There can be advantages for the person giving feedback too. Many of us struggle with giving feedback, particularly where it can be seen as personal. Clients are often more likely to open up when speaking to an independent because they can raise things that might be difficult to do with the person they are speaking about.
Professionals can be reluctant to trust their clients with someone who sits outside the relationship. The independent client listener might (if they are internal to the firm) also be worried about feeding back sensitive information to their colleagues. Reframing and coaching can be solutions here.
Given what we have said, you might think that independence is always best. We don’t think so. Having the person delivering the service ask for feedback is a great way to build trust with the client. If the professional understands the difference between advising and listening, they can skillfully jump between these two types of conversation and it is here that contracting and framing the client conversation is essential. The professional needs to give the client permission to be open; as well as give themselves permission to hold a conversation where they might not be providing answers.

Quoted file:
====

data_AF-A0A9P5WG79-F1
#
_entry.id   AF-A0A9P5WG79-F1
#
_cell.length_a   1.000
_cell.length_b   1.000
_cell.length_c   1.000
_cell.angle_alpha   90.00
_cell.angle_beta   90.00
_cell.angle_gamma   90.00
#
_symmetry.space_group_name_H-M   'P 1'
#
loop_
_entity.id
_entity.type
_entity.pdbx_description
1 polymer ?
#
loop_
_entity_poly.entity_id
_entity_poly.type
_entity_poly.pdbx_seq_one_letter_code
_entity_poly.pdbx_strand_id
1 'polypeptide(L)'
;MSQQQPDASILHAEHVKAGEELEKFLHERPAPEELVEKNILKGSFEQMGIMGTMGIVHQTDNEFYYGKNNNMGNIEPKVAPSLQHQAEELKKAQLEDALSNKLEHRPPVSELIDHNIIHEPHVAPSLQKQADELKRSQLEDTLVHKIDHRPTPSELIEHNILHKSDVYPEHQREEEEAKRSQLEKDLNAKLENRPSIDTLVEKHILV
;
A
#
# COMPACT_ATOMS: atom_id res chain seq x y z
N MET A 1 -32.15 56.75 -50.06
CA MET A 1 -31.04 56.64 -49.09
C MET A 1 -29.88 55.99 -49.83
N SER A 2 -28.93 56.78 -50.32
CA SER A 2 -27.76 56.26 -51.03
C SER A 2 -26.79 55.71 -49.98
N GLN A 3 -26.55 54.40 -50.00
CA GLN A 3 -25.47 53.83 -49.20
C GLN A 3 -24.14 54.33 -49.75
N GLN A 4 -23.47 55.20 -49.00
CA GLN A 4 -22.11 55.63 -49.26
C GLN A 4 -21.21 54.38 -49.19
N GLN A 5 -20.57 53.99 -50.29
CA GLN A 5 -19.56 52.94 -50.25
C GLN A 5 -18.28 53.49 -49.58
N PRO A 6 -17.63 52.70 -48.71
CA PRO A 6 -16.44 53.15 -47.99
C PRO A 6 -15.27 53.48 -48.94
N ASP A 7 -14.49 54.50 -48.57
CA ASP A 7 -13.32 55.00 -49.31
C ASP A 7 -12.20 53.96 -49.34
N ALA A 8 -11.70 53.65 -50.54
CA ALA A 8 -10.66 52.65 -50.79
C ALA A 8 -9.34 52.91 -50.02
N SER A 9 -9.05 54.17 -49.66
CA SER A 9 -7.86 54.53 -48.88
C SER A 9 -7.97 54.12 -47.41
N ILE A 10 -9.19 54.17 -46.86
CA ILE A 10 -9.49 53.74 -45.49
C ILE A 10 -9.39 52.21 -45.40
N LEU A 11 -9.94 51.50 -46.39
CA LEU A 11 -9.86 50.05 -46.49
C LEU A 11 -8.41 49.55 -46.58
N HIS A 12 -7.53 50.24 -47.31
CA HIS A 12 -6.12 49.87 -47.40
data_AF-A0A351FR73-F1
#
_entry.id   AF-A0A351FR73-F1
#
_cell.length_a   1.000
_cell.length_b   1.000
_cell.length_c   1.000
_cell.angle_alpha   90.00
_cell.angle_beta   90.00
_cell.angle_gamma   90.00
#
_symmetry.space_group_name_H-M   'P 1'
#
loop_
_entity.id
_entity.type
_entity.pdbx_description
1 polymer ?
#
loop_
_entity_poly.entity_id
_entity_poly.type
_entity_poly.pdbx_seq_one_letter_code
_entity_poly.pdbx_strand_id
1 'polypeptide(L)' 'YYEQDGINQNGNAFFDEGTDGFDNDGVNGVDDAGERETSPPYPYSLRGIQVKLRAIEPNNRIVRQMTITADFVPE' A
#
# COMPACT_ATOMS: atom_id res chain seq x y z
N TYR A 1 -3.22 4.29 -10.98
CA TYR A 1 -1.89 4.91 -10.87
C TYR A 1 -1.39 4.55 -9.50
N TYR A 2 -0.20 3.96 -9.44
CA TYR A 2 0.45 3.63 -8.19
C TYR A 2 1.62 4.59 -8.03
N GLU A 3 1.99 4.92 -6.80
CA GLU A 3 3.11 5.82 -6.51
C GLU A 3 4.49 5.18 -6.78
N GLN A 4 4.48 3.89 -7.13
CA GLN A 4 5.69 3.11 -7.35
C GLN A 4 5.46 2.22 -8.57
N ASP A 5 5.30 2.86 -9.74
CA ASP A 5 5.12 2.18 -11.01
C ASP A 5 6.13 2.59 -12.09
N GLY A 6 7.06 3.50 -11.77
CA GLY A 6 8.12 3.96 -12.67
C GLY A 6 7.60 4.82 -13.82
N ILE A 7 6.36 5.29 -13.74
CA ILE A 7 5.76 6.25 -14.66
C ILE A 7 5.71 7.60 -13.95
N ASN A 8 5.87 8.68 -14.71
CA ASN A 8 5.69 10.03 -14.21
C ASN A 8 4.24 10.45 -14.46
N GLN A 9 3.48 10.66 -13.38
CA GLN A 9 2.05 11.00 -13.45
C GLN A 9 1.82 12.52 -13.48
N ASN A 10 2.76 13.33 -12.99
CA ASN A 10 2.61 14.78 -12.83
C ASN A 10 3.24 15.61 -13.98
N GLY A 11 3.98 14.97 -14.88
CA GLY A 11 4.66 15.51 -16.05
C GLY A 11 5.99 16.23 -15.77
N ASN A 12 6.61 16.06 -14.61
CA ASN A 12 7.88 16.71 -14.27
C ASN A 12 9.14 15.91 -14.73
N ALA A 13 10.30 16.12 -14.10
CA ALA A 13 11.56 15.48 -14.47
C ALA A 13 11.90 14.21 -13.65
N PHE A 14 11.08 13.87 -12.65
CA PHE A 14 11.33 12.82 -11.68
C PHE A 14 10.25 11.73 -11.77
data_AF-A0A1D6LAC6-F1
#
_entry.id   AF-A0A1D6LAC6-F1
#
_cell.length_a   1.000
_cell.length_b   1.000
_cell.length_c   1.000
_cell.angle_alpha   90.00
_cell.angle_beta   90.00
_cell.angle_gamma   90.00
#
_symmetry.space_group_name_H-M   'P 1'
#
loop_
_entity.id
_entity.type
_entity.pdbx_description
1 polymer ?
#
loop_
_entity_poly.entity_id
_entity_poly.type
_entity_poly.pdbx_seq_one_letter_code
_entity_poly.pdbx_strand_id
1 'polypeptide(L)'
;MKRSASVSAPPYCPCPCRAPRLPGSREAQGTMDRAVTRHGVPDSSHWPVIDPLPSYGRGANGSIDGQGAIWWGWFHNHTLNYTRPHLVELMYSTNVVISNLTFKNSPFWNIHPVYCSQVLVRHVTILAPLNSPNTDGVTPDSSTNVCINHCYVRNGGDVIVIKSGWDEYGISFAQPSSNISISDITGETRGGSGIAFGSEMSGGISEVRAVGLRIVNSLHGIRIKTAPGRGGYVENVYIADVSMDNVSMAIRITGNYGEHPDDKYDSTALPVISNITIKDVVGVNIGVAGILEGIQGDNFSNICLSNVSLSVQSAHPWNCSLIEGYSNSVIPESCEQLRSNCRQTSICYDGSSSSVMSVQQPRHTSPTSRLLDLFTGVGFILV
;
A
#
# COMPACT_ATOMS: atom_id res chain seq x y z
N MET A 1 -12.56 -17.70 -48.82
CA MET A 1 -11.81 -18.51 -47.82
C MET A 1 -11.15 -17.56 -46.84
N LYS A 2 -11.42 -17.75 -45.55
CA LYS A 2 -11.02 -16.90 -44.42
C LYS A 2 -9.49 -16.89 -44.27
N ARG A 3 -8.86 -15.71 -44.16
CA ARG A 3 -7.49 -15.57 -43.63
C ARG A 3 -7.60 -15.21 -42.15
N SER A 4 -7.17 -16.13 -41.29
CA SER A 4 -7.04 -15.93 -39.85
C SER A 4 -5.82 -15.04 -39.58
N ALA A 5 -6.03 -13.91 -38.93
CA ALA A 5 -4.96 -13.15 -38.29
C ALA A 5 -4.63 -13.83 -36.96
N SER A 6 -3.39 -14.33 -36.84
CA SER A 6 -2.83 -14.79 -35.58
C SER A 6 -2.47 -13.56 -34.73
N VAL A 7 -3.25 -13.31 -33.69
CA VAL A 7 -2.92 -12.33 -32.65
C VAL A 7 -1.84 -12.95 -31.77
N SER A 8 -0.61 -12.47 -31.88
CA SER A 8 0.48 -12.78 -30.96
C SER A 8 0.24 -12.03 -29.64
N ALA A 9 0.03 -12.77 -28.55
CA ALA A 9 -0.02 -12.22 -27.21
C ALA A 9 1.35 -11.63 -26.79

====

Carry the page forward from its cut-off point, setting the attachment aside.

Skilled internal listeners can jump from a conversation where they are giving advice, to a conversation where they are gathering feedback. This enables them to constantly be listening and niggles can be dealt with in real time.
2. How far along in your listening journey are you?
Most firms have experience in gathering feedback, however, there are differences when it comes to the formalities that exist around client listening programmes.
Firms that are early on the journey have an opportunity to shape the future, unencumbered by what has gone before. This means that they need to think about where best to start based on the challenges that they are seeing. Often we recommend that a short series of interviews be conducted externally first. This helps to show people the power of feedback; helps to build buy-in; and can allay fears.
Firms that are further in their journeys tend to turn to internal listening when they want to scale. For larger programmes, internal resource needs to be utilised. Reliance on external listeners links scale to budget, not client need, so there will always come a tipping point when firms need to look within.
3. What does the resource you have available look like?
The truth is that often the driving forces which determine who does the listening are time and money. There is always a trade-off. If you look inside the firm then you are not limited by budget. However, professionals will need to balance delivering for their clients and going out to listen.
Business development teams will also be limited as to how much of their day can be carved out for client listening. Be realistic about what the resources you have look like and come to a solution that provides the best value for your firm.